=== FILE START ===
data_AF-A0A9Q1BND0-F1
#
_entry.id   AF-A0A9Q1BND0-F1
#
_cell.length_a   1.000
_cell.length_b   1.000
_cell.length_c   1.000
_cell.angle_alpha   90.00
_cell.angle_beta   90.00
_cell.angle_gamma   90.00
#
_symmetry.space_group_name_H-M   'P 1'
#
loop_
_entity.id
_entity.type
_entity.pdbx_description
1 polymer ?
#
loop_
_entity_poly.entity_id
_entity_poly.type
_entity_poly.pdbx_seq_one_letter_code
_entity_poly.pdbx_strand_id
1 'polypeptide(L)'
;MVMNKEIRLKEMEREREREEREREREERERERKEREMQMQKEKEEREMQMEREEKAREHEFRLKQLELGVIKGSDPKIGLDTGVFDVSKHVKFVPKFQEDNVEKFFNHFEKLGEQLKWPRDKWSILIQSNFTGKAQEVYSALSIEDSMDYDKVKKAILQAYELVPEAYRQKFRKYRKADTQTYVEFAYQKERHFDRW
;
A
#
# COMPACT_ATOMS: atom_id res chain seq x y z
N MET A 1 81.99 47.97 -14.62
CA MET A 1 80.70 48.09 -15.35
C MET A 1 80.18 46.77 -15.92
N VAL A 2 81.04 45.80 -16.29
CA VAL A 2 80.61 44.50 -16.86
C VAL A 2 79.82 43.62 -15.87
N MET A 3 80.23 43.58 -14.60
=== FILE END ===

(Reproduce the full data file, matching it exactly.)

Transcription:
data_AF-A0A9Q1BND0-F1
#
_entry.id   AF-A0A9Q1BND0-F1
#
_cell.length_a   1.000
_cell.length_b   1.000
_cell.length_c   1.000
_cell.angle_alpha   90.00
_cell.angle_beta   90.00
_cell.angle_gamma   90.00
#
_symmetry.space_group_name_H-M   'P 1'
#
loop_
_entity.id
_entity.type
_entity.pdbx_description
1 polymer ?
#
loop_
_entity_poly.entity_id
_entity_poly.type
_entity_poly.pdbx_seq_one_letter_code
_entity_poly.pdbx_strand_id
1 'polypeptide(L)'
;MVMNKEIRLKEMEREREREEREREREERERERKEREMQMQKEKEEREMQMEREEKAREHEFRLKQLELGVIKGSDPKIGLDTGVFDVSKHVKFVPKFQEDNVEKFFNHFEKLGEQLKWPRDKWSILIQSNFTGKAQEVYSALSIEDSMDYDKVKKAILQAYELVPEAYRQKFRKYRKADTQTYVEFAYQKERHFDRW
;
A
#
# COMPACT_ATOMS: atom_id res chain seq x y z
N MET A 1 81.99 47.97 -14.62
CA MET A 1 80.70 48.09 -15.35
C MET A 1 80.18 46.77 -15.92
N VAL A 2 81.04 45.80 -16.29
CA VAL A 2 80.61 44.50 -16.86
C VAL A 2 79.82 43.62 -15.87
N MET A 3 80.23 43.58 -14.60